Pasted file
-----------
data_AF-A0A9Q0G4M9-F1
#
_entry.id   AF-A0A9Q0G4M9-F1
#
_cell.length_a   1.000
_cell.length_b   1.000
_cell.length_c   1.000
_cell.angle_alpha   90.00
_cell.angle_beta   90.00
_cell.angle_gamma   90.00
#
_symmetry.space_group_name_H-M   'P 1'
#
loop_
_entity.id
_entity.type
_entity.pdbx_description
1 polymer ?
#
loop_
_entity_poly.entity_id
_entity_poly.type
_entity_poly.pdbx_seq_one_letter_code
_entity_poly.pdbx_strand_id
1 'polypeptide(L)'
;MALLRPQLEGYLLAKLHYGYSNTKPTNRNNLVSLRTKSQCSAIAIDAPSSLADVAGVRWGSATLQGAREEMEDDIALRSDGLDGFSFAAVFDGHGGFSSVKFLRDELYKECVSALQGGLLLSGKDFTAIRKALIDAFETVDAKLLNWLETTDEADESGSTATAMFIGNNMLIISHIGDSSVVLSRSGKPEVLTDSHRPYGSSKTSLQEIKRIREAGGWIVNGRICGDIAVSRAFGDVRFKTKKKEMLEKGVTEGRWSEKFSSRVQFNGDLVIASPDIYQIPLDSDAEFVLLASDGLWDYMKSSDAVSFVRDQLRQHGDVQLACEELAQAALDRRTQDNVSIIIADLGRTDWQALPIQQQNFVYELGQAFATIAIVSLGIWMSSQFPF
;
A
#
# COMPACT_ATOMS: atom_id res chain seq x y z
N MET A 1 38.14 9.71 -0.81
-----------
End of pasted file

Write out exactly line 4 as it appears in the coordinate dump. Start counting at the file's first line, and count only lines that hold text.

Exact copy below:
#